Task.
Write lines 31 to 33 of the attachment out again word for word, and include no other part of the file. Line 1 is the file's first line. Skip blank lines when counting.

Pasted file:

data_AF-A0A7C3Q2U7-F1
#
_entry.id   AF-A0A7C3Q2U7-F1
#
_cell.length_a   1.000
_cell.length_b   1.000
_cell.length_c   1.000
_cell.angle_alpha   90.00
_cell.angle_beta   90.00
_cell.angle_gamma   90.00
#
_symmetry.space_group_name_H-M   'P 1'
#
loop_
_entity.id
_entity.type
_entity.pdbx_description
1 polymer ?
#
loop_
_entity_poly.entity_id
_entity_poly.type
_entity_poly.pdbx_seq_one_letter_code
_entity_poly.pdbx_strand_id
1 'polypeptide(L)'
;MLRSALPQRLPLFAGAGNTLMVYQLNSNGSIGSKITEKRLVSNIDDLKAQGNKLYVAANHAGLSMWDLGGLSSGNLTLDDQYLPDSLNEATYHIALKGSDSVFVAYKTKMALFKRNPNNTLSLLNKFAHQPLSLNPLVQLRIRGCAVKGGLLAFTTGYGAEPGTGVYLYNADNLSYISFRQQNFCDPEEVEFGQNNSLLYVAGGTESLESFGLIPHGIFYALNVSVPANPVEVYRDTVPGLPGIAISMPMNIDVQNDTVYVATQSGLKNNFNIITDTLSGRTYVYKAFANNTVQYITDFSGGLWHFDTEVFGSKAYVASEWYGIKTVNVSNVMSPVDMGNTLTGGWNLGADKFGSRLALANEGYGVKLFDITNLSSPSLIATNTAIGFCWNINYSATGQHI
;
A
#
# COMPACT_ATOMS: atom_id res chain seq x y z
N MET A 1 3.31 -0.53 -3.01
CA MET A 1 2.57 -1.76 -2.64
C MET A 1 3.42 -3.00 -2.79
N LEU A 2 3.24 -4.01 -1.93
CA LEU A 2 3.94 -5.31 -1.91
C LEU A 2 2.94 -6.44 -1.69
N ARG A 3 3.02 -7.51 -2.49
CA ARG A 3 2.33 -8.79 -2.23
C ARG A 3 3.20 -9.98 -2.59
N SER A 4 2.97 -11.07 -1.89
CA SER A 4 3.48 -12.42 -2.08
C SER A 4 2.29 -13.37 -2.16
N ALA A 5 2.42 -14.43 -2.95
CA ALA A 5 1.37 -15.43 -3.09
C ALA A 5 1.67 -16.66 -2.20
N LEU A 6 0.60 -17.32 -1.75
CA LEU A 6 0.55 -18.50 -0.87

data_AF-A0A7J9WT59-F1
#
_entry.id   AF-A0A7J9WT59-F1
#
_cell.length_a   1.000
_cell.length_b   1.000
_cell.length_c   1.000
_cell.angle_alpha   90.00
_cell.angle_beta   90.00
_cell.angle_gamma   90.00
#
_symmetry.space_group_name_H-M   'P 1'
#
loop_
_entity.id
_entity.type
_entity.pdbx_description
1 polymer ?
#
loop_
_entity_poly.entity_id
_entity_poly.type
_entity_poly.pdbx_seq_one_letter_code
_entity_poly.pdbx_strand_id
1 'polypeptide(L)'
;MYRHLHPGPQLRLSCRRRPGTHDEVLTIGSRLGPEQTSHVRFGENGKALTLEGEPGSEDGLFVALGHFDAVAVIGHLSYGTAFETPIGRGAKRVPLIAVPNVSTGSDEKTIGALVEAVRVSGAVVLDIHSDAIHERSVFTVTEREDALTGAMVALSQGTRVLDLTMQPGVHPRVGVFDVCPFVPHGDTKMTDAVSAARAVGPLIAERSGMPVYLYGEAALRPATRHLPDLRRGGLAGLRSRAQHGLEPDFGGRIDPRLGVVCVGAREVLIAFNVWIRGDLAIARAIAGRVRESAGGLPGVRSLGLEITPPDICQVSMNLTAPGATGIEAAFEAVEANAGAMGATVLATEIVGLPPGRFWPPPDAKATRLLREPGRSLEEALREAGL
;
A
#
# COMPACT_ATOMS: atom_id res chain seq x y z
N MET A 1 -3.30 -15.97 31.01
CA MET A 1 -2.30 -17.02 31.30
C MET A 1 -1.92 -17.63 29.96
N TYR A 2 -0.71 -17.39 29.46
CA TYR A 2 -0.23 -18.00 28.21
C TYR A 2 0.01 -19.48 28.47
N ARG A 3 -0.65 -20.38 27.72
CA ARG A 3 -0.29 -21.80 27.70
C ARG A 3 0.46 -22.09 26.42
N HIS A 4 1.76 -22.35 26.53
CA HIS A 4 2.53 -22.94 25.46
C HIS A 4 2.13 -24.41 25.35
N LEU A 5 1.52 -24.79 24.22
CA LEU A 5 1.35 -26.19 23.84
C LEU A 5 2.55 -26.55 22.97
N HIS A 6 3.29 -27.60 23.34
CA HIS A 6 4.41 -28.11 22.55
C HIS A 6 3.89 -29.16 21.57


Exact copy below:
N MET A 1 3.31 -0.53 -3.01
CA MET A 1 2.57 -1.76 -2.64
C MET A 1 3.42 -3.00 -2.79